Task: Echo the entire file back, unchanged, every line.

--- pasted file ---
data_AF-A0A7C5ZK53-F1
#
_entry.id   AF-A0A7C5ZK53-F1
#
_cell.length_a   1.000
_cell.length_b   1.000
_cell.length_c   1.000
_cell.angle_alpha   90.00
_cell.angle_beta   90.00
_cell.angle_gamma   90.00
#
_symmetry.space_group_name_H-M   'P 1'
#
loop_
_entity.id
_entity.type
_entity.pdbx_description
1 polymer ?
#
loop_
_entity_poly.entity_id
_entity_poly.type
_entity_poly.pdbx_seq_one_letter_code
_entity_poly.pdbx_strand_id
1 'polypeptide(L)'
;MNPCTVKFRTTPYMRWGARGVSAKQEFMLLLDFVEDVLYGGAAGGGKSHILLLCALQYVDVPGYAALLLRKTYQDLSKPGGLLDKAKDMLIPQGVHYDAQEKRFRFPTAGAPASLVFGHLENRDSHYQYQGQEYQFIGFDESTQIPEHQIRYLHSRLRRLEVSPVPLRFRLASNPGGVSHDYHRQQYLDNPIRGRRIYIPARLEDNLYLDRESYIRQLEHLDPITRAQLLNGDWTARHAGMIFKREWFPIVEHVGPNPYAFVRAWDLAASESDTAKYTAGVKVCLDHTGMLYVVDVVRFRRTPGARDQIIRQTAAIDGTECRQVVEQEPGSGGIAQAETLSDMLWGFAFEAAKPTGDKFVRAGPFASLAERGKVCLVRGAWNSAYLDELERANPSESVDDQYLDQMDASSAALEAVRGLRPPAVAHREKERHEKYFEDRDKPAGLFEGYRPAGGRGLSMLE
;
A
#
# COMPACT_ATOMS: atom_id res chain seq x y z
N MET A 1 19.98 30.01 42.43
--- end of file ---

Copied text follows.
data_AF-A0A7C5ZK53-F1
#
_entry.id   AF-A0A7C5ZK53-F1
#
_cell.length_a   1.000
_cell.length_b   1.000
_cell.length_c   1.000
_cell.angle_alpha   90.00
_cell.angle_beta   90.00
_cell.angle_gamma   90.00
#
_symmetry.space_group_name_H-M   'P 1'
#
loop_
_entity.id
_entity.type
_entity.pdbx_description
1 polymer ?
#
loop_
_entity_poly.entity_id
_entity_poly.type
_entity_poly.pdbx_seq_one_letter_code
_entity_poly.pdbx_strand_id
1 'polypeptide(L)'
;MNPCTVKFRTTPYMRWGARGVSAKQEFMLLLDFVEDVLYGGAAGGGKSHILLLCALQYVDVPGYAALLLRKTYQDLSKPGGLLDKAKDMLIPQGVHYDAQEKRFRFPTAGAPASLVFGHLENRDSHYQYQGQEYQFIGFDESTQIPEHQIRYLHSRLRRLEVSPVPLRFRLASNPGGVSHDYHRQQYLDNPIRGRRIYIPARLEDNLYLDRESYIRQLEHLDPITRAQLLNGDWTARHAGMIFKREWFPIVEHVGPNPYAFVRAWDLAASESDTAKYTAGVKVCLDHTGMLYVVDVVRFRRTPGARDQIIRQTAAIDGTECRQVVEQEPGSGGIAQAETLSDMLWGFAFEAAKPTGDKFVRAGPFASLAERGKVCLVRGAWNSAYLDELERANPSESVDDQYLDQMDASSAALEAVRGLRPPAVAHREKERHEKYFEDRDKPAGLFEGYRPAGGRGLSMLE
;
A
#
# COMPACT_ATOMS: atom_id res chain seq x y z
N MET A 1 19.98 30.01 42.43